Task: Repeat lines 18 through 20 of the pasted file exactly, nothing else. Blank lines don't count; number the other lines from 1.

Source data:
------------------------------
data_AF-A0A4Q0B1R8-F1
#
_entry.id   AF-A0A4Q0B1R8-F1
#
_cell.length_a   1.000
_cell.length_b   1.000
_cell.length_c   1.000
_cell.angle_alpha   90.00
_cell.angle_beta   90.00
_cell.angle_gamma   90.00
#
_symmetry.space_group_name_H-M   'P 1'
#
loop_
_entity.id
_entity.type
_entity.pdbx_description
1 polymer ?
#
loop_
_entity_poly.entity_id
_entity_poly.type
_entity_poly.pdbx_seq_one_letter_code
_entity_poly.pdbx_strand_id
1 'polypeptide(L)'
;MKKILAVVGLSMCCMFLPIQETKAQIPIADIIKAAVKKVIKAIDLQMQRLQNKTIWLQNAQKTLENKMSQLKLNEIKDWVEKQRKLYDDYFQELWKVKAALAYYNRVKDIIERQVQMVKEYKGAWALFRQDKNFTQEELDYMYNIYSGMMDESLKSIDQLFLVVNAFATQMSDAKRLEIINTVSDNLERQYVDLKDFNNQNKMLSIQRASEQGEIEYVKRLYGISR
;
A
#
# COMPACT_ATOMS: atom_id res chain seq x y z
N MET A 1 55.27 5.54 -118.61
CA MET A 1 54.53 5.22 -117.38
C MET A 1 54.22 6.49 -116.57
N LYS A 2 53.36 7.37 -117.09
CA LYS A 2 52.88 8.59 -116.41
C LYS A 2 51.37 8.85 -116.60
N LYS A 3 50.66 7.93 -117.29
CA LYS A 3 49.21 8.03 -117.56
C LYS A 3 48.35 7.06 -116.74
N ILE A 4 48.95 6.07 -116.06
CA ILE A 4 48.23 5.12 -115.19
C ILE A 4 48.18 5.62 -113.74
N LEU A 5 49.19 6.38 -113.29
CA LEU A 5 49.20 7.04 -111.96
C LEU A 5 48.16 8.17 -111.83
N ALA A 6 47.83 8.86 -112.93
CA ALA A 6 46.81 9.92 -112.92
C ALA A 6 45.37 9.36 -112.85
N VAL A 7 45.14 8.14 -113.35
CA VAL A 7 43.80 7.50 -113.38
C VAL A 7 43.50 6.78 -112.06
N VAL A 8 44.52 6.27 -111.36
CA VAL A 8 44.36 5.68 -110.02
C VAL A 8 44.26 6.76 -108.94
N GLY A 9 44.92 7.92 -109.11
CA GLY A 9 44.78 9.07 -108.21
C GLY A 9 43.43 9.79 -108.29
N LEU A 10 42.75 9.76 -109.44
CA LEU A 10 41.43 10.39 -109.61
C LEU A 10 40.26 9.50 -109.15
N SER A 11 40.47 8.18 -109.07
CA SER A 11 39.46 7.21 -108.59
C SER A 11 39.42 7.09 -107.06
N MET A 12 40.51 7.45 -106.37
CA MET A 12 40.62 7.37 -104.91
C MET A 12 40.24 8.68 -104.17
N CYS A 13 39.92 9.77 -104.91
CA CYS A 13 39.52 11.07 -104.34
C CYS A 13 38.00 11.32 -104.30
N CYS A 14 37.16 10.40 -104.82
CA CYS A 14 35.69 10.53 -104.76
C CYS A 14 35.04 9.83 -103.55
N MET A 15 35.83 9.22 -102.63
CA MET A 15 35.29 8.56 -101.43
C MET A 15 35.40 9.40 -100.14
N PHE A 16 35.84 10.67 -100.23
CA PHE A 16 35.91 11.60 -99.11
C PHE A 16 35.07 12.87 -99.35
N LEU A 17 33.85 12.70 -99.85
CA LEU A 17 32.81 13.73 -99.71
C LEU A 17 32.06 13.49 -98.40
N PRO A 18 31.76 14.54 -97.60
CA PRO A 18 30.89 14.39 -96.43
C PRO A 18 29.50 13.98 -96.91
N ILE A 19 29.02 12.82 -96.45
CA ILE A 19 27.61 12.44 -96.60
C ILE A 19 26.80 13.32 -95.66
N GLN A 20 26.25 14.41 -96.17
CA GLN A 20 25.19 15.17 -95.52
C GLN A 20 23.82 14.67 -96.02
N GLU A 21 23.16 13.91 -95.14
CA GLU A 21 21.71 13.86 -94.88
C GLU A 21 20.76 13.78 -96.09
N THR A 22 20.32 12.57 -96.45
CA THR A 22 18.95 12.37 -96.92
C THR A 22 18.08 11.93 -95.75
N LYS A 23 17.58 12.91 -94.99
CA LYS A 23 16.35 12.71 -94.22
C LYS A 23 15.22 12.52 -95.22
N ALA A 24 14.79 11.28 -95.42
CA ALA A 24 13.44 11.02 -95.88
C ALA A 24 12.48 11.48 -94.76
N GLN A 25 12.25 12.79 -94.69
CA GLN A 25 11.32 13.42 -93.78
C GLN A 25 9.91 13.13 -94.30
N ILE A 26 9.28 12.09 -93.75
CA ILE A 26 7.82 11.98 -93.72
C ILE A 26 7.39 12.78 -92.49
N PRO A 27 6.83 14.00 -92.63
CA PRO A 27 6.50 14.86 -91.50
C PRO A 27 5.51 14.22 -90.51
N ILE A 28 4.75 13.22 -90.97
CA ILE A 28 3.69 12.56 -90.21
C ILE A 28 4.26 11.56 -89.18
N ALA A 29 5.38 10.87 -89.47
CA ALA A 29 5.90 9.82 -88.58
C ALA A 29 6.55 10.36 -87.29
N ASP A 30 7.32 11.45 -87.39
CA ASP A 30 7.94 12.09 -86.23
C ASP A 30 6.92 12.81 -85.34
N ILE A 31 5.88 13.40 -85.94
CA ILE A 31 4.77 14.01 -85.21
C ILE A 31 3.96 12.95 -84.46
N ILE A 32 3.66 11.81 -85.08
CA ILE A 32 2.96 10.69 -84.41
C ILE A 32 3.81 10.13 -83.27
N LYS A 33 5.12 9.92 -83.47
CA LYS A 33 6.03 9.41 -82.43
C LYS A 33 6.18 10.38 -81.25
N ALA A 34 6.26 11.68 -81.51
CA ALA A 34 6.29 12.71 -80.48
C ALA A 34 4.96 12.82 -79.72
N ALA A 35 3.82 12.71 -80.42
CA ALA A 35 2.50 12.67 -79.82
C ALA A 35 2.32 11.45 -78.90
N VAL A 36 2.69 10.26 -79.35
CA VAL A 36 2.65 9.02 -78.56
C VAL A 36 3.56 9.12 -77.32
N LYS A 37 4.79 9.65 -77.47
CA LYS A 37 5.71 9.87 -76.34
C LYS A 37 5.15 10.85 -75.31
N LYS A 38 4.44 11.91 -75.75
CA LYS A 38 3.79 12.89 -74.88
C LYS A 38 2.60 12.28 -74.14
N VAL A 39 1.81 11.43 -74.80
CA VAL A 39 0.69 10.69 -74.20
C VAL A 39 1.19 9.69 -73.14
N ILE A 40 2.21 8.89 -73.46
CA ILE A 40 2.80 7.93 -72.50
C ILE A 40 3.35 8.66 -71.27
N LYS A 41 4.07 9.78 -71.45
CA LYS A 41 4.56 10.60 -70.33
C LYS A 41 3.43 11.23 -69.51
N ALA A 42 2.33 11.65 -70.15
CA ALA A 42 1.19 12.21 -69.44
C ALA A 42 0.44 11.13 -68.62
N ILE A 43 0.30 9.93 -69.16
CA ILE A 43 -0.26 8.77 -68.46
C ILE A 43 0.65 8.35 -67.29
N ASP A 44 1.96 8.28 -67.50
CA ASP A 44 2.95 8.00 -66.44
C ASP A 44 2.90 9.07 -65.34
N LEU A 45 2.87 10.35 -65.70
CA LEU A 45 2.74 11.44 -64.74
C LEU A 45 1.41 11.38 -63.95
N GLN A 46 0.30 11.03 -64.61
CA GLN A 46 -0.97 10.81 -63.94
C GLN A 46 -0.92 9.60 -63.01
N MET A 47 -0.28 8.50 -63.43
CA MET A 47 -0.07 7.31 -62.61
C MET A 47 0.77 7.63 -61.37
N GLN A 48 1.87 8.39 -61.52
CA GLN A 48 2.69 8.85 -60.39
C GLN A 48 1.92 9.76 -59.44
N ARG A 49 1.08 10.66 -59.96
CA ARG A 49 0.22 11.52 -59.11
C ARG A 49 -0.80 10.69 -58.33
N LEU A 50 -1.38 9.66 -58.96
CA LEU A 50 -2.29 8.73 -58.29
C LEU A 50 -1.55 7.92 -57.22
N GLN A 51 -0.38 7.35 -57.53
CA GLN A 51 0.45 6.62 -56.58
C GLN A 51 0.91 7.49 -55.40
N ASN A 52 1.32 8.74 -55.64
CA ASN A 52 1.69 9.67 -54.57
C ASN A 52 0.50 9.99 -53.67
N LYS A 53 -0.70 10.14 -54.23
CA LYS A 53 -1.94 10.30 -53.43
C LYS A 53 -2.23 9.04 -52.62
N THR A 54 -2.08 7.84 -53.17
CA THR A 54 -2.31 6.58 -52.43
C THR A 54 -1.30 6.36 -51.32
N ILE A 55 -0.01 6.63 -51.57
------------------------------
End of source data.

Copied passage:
1 polymer ?
#
loop_